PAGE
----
its military power in a way that doesn't require a lot of troops,
such as through air strikes," an option that has already been
contemplated for nuclear-related targets in Iran and North Korea.
is clearly himself right on target, but he fails to mention another
form of intervention that is poised to become the instrument of
choice in the new term: covert action carried out by a reinvigorated
and much more richly endowed clandestine service of the Central
Intelligence Agency (CIA) and the Pentagon's Special Operations
annual intelligence budget has reportedly increased from just under
$30 billion four years ago to around $40 billion for fiscal year
2005. While most of that money is earmarked for Pentagon agencies
that collect intelligence through satellites and other technical
means, Congress has called for a major buildup in human intelligence
and covert capabilities, which stands to benefit the CIA's clandestine
service in particular.
the new CIA director, former Representative Porter Goss, is reportedly
moving quickly to build up the clandestine service, apparently in
hopes of returning it to its 1960s glory days, when he worked in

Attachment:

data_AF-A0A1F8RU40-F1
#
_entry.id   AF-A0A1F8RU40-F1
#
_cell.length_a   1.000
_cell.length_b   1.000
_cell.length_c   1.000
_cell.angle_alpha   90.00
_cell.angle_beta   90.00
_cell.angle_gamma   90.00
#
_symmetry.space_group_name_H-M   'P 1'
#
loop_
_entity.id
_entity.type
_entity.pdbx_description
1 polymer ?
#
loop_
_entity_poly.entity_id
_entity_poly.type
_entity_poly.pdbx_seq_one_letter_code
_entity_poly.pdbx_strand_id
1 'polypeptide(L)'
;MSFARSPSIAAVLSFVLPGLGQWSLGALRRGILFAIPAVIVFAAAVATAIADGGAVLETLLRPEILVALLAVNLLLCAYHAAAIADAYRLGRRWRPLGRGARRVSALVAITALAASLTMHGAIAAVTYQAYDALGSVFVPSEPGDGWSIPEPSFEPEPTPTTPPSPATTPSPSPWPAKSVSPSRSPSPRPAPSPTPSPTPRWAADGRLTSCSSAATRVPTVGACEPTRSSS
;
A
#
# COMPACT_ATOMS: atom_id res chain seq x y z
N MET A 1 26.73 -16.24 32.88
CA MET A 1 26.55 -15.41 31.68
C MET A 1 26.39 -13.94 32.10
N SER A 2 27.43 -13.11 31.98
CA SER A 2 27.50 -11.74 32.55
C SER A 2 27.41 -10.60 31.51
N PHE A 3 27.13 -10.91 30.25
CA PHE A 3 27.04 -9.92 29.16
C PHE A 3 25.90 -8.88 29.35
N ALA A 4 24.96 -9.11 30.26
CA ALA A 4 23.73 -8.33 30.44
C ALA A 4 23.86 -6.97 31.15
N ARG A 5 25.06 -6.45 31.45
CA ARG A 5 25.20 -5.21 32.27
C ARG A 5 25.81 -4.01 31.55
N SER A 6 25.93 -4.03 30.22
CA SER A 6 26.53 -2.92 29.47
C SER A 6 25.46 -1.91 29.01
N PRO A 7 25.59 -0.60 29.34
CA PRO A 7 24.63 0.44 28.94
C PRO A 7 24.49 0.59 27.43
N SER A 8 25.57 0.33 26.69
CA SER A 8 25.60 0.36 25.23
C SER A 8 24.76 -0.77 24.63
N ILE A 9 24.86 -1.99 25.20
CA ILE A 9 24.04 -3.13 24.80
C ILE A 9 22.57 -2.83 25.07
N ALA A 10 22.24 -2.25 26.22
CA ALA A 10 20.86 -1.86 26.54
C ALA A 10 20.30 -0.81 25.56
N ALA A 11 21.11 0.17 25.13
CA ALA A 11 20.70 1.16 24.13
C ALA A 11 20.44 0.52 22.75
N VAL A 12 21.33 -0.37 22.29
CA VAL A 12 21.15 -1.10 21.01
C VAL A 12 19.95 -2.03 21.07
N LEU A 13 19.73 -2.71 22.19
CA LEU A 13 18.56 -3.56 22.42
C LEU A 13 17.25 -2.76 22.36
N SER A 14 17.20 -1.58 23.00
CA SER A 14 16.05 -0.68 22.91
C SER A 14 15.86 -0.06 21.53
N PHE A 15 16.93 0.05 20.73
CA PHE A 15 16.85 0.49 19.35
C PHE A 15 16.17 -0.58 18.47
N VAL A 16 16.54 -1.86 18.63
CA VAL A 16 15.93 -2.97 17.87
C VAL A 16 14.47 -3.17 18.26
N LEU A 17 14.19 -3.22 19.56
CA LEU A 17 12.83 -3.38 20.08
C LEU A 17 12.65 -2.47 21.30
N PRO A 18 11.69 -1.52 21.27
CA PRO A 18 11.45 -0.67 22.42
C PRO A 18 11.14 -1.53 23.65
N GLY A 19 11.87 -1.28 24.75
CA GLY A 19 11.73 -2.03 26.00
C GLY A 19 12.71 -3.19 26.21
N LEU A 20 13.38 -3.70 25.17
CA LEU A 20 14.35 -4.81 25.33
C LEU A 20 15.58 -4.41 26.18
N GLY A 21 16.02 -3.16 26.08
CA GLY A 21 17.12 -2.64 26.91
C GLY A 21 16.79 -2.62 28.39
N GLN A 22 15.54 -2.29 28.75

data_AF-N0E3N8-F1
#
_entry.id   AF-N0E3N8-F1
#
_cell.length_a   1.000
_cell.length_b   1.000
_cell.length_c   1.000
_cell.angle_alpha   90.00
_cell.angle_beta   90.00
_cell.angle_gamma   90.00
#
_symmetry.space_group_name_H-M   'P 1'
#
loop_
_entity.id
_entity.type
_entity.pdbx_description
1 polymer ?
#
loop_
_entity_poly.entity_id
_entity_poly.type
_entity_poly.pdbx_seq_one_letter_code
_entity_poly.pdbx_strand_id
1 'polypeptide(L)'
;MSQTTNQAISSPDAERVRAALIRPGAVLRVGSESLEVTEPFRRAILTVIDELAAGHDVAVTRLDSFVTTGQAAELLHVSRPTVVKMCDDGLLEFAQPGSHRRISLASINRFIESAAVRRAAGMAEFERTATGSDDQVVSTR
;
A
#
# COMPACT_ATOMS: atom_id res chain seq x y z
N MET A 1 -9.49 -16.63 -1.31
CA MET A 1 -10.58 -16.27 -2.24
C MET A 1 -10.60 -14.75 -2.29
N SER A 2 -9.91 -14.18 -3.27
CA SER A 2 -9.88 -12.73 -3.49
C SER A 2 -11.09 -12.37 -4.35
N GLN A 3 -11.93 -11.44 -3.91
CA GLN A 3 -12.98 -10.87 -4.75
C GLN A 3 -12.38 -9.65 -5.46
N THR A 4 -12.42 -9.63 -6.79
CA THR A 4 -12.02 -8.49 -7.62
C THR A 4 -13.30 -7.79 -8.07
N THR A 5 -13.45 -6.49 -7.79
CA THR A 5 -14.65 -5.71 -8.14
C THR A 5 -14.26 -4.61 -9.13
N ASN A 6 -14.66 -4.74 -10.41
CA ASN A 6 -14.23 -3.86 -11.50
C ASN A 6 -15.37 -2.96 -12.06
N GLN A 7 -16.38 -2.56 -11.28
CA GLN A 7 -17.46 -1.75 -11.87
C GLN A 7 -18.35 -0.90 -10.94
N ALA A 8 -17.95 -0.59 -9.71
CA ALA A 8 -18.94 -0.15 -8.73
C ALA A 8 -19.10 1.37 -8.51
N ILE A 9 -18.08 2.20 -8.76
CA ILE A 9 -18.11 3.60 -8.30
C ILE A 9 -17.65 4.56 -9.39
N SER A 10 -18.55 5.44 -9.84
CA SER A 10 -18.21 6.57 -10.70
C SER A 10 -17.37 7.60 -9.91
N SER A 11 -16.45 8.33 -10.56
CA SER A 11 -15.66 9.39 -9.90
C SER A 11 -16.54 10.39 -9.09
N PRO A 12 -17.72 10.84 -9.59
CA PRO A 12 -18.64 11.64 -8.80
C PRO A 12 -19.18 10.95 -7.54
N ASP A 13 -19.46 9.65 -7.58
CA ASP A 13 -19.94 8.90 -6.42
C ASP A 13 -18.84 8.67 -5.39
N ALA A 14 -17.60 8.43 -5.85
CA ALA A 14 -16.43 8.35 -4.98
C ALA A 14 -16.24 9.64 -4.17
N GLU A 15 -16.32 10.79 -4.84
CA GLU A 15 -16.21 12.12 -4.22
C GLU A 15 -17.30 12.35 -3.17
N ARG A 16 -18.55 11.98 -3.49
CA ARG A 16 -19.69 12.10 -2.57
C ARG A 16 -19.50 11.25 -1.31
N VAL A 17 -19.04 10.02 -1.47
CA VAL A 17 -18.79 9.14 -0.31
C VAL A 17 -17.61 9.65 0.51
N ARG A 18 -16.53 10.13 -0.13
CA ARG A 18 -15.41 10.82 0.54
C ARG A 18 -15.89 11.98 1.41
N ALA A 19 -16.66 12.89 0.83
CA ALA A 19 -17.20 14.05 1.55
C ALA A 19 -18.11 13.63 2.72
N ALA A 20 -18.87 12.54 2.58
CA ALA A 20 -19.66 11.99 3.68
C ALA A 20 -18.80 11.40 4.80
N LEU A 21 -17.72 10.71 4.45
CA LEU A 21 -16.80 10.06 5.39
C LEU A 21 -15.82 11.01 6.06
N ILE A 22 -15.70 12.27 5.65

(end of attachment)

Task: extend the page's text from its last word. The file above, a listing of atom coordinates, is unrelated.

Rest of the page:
its Latin America operations.
directorate of operation [DO] people are very pleased with his arrival,"
said Melvin Goodman, a retired career CIA analyst who retains close
ties to the agency. "He's taking the line that covert action
is important, that the agency has to be more imaginative, and that
he feels there are plenty of opportunities [for covert action] out
the same time, added Goodman, Goss is purging the analytical ranks
in the CIA who were thought to be too critical of, if not disloyal
to, the administration's policy line in the first term, and hiring
as consultants former senior operations officers who were active
in the 1980s, when former CIA Director William Casey was running
several covert wars against alleged Soviet clients as part of the
Reagan Doctrine (of former President Ronald Reagan, 19811989).
Defense Secretary Donald Rumsfeld has made it clear that the SOC,
which currently manages close to 50,000 Special Operations Forces
(SOF) worldwide, is to play a preeminent role in the military's
"transformation" to a 21st-century fighting force and
especially in the "war on terror."
unlike the CIA, which is subject to fairly strict congressional
oversight and can only carry out a major covert action if the president
makes a formal "finding" authorizing it, SOF units, whose
actions are not technically considered "covert action,"
may operate with a much freer hand overseas, except when operating